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  • Transfer uc davis to ucsb

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    11-05-2013, 07:50 PM
  #11
Foal
Quick tips for applying!
Try to find as MANY scholarships as you can! Not as many people are trying to become equine vets, so pursue scholarships in that area. Doing a bunch of community service will boost your chances of getting scholarships. Maybe donate your time to a Therapeutic Riding facility? Scholarship foundations want to know that the recipient of their scholarship definitely cares about those around them.
Also, apply to many big ticket schools: UC Davis, UCLA, UCSB. The more schools accept you, the more other schools will want you.
Also, if you can't get into a UC, don't worry! The community colleges often have a system where you can go to a CC then apply to a UC. Just make sure you get the classes that you need!
The CC in my town, SBCC, is #1 community college in the US so a few of my friends have come to Santa Barbara to go to SBCC and transfer to UCSB.
I'm also going through the process of applying to schools, but private art schools!
Good luck!
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    11-05-2013, 07:55 PM
  #12
Foal
Quote:
Originally Posted by RedAce    
Quick tips for applying!
Try to find as MANY scholarships as you can! Not as many people are trying to become equine vets, so pursue scholarships in that area. Doing a bunch of community service will boost your chances of getting scholarships. Maybe donate your time to a Therapeutic Riding facility? Scholarship foundations want to know that the recipient of their scholarship definitely cares about those around them.
Also, apply to many big ticket schools: UC Davis, UCLA, UCSB. The more schools accept you, the more other schools will want you.
Also, if you can't get into a UC, don't worry! The community colleges often have a system where you can go to a CC then apply to a UC. Just make sure you get the classes that you need!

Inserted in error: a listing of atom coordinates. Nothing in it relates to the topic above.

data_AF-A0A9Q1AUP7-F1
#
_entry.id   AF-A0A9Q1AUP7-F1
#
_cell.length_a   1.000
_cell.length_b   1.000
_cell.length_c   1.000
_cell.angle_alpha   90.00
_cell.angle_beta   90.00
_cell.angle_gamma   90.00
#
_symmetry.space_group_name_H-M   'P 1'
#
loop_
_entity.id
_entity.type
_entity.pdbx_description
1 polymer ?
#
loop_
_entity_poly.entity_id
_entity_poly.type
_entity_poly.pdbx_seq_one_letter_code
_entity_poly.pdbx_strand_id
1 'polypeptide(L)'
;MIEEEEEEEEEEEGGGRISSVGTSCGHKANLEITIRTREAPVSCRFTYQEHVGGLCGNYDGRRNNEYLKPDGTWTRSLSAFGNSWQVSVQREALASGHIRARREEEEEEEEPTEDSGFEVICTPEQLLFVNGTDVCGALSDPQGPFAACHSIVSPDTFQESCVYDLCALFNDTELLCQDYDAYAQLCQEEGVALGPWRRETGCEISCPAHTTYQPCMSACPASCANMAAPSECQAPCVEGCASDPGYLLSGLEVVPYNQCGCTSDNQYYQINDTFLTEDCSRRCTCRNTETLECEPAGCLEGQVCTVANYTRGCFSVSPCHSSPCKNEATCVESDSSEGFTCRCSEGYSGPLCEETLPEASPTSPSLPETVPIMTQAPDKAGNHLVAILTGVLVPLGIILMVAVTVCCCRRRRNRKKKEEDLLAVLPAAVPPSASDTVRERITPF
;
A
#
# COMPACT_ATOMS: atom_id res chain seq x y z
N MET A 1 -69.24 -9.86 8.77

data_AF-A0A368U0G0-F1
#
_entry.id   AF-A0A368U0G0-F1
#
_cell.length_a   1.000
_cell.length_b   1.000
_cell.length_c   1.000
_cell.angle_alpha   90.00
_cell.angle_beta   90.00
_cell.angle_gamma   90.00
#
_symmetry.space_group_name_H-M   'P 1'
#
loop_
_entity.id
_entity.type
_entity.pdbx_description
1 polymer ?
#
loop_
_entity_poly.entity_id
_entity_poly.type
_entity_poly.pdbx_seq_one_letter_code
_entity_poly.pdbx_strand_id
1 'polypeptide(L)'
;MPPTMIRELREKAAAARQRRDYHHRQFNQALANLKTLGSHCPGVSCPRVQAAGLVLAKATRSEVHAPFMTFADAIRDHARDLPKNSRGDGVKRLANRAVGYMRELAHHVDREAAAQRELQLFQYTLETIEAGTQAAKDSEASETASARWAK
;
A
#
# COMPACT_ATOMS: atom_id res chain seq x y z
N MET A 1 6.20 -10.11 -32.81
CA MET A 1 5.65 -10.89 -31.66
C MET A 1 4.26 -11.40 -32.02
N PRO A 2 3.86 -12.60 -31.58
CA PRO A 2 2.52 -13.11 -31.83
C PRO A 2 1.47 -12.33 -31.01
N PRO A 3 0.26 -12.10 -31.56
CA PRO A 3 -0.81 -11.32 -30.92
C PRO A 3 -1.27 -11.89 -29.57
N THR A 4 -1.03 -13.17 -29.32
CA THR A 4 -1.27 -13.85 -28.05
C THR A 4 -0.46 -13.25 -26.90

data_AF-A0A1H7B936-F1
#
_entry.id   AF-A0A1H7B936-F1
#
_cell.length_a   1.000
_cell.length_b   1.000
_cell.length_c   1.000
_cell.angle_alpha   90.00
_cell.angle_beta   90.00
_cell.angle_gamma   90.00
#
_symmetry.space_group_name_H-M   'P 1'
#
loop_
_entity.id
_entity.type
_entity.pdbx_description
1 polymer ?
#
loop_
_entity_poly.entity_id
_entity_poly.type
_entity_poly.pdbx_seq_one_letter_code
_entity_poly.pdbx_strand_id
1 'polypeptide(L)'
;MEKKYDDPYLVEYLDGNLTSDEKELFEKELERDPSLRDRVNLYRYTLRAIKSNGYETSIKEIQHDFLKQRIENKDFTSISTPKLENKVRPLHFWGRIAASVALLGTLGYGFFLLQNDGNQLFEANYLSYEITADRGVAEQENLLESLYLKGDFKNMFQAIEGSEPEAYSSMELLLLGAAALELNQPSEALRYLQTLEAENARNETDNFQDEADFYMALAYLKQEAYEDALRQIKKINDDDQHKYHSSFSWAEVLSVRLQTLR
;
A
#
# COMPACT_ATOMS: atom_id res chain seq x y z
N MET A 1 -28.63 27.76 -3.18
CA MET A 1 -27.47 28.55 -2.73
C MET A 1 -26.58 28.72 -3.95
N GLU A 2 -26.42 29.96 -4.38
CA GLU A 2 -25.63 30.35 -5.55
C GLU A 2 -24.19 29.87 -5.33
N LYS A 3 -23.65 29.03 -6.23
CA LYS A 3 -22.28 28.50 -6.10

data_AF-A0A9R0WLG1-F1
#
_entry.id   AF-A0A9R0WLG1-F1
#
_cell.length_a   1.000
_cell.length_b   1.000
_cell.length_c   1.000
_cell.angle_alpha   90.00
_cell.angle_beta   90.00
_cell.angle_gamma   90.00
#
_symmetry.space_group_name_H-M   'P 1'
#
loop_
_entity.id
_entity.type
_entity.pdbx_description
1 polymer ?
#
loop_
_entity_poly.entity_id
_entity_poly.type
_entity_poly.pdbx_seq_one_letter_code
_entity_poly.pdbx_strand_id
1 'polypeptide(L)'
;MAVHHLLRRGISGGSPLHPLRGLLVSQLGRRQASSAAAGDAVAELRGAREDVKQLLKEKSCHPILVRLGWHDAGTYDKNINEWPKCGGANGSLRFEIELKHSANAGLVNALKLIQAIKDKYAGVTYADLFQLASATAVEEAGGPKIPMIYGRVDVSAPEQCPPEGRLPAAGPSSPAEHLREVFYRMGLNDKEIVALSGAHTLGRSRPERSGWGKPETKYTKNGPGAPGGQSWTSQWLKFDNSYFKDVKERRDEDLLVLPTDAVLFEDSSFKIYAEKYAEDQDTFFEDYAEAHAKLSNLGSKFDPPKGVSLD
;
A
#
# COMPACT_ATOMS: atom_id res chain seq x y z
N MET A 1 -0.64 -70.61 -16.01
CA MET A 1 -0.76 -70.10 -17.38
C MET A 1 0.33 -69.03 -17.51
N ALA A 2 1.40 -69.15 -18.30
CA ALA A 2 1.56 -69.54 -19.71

The CC in my town, SBCC, is #1 community college in the US so a few of my friends have come to Santa Barbara to go to SBCC and transfer to UCSB.
I'm also going through the process of applying to schools, but private art schools!
Good luck!
Thank you for the tip! It really means a lot to me! I will keep all of this in mind. =)
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    11-05-2013, 08:27 PM
  #13
Started
I have also heard that if you are looking into vet school don't get an animal sciences type degree its all about the difficulty of the degree. Which means a biochemistry major has a better chance at getting into vet school than an equine sciences major. I would also say if you are doing the vet school thing, do undergrad at a school with a vet school. Work in the clinic as a reception, tech or whatever you can get. Make friends with the faculty/doctors, they will eventually give you references and may be on the admissions board for the vet school. Spend your summers doing internships in the field you are looking for ie don't work at fast food places or even a small animal vet practice if you want to work in equine (work at an equine practice). Remember vet schools turn down valedictorians from ivy league schools everyday. So, be ready to be an outstanding candidate and that means starting now to build your resume to be the strongest candidate. Its a great combination of who you know and what you know. They want you to know vets and know how to work hard.